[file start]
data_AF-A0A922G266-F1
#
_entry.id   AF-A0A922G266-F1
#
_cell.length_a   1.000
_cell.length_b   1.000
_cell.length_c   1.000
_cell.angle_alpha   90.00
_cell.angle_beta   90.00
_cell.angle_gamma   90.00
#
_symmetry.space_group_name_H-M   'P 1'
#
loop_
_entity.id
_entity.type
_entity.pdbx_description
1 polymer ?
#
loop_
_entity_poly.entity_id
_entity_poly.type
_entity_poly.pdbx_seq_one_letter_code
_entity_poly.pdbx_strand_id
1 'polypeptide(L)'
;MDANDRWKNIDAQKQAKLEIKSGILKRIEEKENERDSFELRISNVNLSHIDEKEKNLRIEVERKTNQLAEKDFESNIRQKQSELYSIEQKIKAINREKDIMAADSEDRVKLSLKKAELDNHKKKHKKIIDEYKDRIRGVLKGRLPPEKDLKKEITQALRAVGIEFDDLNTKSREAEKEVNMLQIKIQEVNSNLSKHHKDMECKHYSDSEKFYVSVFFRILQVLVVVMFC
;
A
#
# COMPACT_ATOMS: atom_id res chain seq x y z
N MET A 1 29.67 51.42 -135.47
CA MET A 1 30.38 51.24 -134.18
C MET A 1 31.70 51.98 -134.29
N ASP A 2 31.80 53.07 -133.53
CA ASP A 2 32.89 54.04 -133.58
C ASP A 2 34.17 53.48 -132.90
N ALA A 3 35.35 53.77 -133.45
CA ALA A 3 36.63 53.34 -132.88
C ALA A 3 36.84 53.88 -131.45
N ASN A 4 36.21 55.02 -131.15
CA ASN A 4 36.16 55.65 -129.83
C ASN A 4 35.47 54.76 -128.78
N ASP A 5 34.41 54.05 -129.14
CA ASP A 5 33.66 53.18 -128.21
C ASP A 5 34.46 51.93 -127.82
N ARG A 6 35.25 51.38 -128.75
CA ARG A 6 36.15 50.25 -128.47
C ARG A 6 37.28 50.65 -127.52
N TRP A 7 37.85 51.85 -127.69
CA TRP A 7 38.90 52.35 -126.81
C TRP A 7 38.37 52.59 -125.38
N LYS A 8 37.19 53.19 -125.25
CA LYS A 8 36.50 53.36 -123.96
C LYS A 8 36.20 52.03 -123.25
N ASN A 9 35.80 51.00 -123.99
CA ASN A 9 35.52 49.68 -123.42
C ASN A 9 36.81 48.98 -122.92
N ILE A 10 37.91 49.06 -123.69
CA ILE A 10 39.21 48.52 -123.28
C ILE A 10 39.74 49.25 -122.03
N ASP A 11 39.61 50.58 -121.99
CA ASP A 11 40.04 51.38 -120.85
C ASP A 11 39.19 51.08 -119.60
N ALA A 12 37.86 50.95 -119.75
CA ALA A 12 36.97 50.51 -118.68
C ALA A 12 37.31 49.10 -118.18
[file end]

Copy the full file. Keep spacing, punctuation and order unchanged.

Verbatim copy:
data_AF-A0A922G266-F1
#
_entry.id   AF-A0A922G266-F1
#
_cell.length_a   1.000
_cell.length_b   1.000
_cell.length_c   1.000
_cell.angle_alpha   90.00
_cell.angle_beta   90.00
_cell.angle_gamma   90.00
#
_symmetry.space_group_name_H-M   'P 1'
#
loop_
_entity.id
_entity.type
_entity.pdbx_description
1 polymer ?
#
loop_
_entity_poly.entity_id
_entity_poly.type
_entity_poly.pdbx_seq_one_letter_code
_entity_poly.pdbx_strand_id
1 'polypeptide(L)'
;MDANDRWKNIDAQKQAKLEIKSGILKRIEEKENERDSFELRISNVNLSHIDEKEKNLRIEVERKTNQLAEKDFESNIRQKQSELYSIEQKIKAINREKDIMAADSEDRVKLSLKKAELDNHKKKHKKIIDEYKDRIRGVLKGRLPPEKDLKKEITQALRAVGIEFDDLNTKSREAEKEVNMLQIKIQEVNSNLSKHHKDMECKHYSDSEKFYVSVFFRILQVLVVVMFC
;
A
#
# COMPACT_ATOMS: atom_id res chain seq x y z
N MET A 1 29.67 51.42 -135.47
CA MET A 1 30.38 51.24 -134.18
C MET A 1 31.70 51.98 -134.29
N ASP A 2 31.80 53.07 -133.53
CA ASP A 2 32.89 54.04 -133.58
C ASP A 2 34.17 53.48 -132.90
N ALA A 3 35.35 53.77 -133.45
CA ALA A 3 36.63 53.34 -132.88
C ALA A 3 36.84 53.88 -131.45
N ASN A 4 36.21 55.02 -131.15
CA ASN A 4 36.16 55.65 -129.83
C ASN A 4 35.47 54.76 -128.78
N ASP A 5 34.41 54.05 -129.14
CA ASP A 5 33.66 53.18 -128.21
C ASP A 5 34.46 51.93 -127.82
N ARG A 6 35.25 51.38 -128.75
CA ARG A 6 36.15 50.25 -128.47
C ARG A 6 37.28 50.65 -127.52
N TRP A 7 37.85 51.85 -127.69
CA TRP A 7 38.90 52.35 -126.81
C TRP A 7 38.37 52.59 -125.38
N LYS A 8 37.19 53.19 -125.25
CA LYS A 8 36.50 53.36 -123.96
C LYS A 8 36.20 52.03 -123.25
N ASN A 9 35.80 51.00 -123.99
CA ASN A 9 35.52 49.68 -123.42
C ASN A 9 36.81 48.98 -122.92
N ILE A 10 37.91 49.06 -123.69
CA ILE A 10 39.21 48.52 -123.28
C ILE A 10 39.74 49.25 -122.03
N ASP A 11 39.61 50.58 -121.99
CA ASP A 11 40.04 51.38 -120.85
C ASP A 11 39.19 51.08 -119.60
N ALA A 12 37.86 50.95 -119.75
CA ALA A 12 36.97 50.51 -118.68
C ALA A 12 37.31 49.10 -118.18